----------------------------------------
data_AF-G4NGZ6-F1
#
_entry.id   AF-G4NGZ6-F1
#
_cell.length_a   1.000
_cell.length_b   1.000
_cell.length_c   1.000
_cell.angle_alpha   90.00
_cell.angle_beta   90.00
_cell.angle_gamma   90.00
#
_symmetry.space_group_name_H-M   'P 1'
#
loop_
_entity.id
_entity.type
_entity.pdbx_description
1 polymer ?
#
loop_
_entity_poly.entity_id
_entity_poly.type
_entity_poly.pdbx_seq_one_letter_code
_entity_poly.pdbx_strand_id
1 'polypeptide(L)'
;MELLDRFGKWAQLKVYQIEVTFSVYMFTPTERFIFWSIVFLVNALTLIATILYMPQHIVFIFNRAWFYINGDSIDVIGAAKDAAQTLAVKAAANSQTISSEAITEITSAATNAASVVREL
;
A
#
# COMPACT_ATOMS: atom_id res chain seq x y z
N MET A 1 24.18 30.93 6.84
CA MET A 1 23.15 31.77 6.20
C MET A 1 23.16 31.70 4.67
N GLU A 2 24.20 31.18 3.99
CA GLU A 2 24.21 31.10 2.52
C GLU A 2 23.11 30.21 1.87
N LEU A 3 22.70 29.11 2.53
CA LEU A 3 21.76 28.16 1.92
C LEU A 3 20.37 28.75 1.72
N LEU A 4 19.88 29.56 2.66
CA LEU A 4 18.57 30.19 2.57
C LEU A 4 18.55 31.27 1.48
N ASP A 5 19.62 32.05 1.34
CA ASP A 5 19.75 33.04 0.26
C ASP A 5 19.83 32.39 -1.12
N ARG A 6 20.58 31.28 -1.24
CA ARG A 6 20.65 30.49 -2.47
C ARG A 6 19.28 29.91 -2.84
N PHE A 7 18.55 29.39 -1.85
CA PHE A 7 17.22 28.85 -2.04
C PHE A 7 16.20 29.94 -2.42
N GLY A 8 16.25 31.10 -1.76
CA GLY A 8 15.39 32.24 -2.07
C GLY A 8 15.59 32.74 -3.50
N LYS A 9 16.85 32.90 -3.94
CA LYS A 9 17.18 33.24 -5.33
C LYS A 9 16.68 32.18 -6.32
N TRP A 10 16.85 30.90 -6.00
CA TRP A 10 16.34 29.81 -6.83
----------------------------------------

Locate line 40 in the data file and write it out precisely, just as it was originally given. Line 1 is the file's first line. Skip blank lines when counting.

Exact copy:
N LEU A 4 19.88 29.56 2.66